Erasmus Charter

Erasmus Charter_Feb. 2015a-page-001

Erasmus Policy Statement

An outward looking perspective and reach for international collaboration are characteristics that have shaped the University of Aruba from its start. The birth of the University was midwifed by means of international collaboration and its expansion has likewise been nursed through partnering with international universities. Also for the future, international collaboration remains key to its over-all vision and strategy and Erasmus+ a pivotal component part of that strategy.

In geographical, political and cultural terms Aruba is located in the overlapping center of Europe, the Caribbean and the Americas. It is a part of the Kingdom of the Netherlands, an EU Overseas Country and Territory, and its citizens have EU citizenship. It has strong personal, cultural and economic ties with North and South America as well as with its sister states of the Caribbean Basin. Aruba’s central position and its concomitant multi-cultural and multi-lingual context are natural assets the University seeks to deploy to the fullest. As such, the University aims to contribute to the transatlantic relationship between Europe and the Americas. It aspires to be a nexus — a central place and space, both physically and virtually — for the meeting of the minds; inviting scholars, researchers, teachers and students from Europe, the Caribbean and the Americas to collaborate in learning and research. We seek therefore, to gradually play a central role in fostering collaborative relations among partners from universities across Europe and the Americas in teaching, knowledge and research.


How we choose our partners

The University of Aruba and its Faculties look for international partners that are compatible in terms of size, (quality of) programmes, accreditation, teaching and/or research. Balanced and mutually beneficial partnerships are the aim. In respect of mobility in particular, the University of Aruba aims to ensure genuine added value (academically, professionally, culturally and/or personally) for participating – incoming and outgoing – students and staff. The University is committed to providing high quality support to participants before, during and after mobility, ensuring as far as possible that their experience is a positive one. Programmes should be monitored and difficulties should be addressed in a transparent and collaborative spirit. The University of Aruba asks the same of its partners.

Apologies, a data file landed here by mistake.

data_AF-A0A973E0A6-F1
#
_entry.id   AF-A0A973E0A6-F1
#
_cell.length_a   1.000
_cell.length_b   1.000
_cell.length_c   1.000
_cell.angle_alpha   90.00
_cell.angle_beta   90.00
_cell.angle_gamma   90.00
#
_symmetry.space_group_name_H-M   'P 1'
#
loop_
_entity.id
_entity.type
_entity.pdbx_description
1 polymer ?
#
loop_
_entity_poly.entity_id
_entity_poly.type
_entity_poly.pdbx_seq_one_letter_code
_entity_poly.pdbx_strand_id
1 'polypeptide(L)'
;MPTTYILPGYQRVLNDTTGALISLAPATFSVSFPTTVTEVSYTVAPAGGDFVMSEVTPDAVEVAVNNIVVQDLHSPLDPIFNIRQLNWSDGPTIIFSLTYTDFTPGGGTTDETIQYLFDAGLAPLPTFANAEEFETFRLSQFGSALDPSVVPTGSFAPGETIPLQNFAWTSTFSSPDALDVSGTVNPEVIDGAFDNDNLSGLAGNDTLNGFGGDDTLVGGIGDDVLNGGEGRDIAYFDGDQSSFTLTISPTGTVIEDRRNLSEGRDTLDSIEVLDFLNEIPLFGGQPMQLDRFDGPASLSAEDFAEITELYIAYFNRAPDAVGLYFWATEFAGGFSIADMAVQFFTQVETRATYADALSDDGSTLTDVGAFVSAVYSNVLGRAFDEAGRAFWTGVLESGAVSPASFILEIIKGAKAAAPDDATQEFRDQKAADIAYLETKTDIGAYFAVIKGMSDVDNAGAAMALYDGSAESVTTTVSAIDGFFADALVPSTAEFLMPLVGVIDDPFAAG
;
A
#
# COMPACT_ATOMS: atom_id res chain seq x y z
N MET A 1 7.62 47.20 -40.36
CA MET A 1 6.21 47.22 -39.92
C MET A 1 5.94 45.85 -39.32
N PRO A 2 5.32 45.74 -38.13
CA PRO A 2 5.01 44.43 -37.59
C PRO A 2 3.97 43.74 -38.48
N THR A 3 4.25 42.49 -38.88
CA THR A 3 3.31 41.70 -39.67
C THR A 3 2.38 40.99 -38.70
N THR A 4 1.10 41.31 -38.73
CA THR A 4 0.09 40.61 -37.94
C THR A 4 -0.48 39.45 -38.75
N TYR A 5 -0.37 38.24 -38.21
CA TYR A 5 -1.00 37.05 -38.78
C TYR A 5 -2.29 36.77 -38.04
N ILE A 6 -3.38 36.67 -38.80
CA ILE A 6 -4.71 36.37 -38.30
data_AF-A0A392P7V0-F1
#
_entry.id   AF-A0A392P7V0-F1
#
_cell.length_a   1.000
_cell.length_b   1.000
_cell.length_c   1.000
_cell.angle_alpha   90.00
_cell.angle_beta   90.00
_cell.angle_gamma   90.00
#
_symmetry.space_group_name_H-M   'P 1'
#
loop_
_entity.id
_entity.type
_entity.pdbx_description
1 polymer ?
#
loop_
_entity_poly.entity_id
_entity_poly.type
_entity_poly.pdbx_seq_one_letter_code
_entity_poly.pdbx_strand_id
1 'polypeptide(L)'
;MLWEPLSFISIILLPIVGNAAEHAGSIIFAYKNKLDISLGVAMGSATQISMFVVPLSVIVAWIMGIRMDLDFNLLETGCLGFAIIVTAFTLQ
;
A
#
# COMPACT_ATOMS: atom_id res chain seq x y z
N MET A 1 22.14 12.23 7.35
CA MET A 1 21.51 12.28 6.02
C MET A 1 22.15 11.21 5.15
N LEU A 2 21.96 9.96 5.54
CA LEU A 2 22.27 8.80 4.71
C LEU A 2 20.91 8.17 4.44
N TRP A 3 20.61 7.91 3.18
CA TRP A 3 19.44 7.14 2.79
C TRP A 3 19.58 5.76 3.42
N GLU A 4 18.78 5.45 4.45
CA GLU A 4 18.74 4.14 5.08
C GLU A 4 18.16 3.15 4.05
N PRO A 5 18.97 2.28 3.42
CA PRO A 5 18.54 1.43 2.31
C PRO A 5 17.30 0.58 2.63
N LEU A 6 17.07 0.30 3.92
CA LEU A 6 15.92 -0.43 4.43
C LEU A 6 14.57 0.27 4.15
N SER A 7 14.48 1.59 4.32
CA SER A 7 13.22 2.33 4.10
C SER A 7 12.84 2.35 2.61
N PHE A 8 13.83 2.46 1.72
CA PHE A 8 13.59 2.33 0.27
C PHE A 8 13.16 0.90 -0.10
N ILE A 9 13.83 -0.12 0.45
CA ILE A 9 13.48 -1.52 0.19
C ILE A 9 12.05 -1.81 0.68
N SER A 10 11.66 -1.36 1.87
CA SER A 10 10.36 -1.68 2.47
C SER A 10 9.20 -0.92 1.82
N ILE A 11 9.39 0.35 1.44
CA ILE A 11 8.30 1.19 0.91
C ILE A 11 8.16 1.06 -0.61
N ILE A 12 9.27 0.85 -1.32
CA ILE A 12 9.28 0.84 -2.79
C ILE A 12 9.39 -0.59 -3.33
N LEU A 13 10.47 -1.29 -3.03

In which geographical area(s)

In line with its over-all strategy the University of Aruba is seeking to build its partnerships not only in Europe but equally in the Americas and the Caribbean. The University’s vision is based on the assumption that Aruba’s comparative advantage lies in the fact of being able to bring together people from all these regions with relative ease. Participation in the Erasmus+ Programme provides a sound basis for the University to expand its European partnerships and be the driving force behind the University’s over-all internationalisation agenda by making mobility and international cooperation an integral part of the academic life of students and staff. At the same time, the University will continue to strengthen existing partnerships in the region and explore new opportunities in the Americas and the Caribbean Basin, aiming to ultimately join these networks and its people.


The most important objectives and target groups

For the University of Aruba international mobility and cooperation are considered a catalyst for innovation and the improvement of the University’s governance, its programmes, research and teaching. For this reason it will continue to encourage its staff and students to participate in mobility programmes. It will also encourage staff to set up new international cooperation projects in research and teaching.

By providing opportunities to study abroad the University aims first of all to give students a valuable and exciting academic, cultural and personal experience that is bound to broaden their horizons and to better equip them for the challenges and opportunities of a global labour market, and more generally, to allow them to pursue their ambitions wherever they may lead them. Mobility programmes for students also serve an objective that is more specific to the local context. Many of Aruba’s young prospective students, having grown up in a small island nation, understandably feel the need to take up a study abroad. For some, this is financially not feasible; for others, the experience and responsibility come too early, resulting in disappointment. At the same time, for some of those that do successfully take a degree abroad returning to Aruba for work is not an option in financial terms. By providing high quality and accessible mobility opportunities, the University of Aruba is committed to providing a genuine alternative for Aruba’s prospective students to study in Aruba but with the opportunity to spend a substantial period of time abroad and to grow.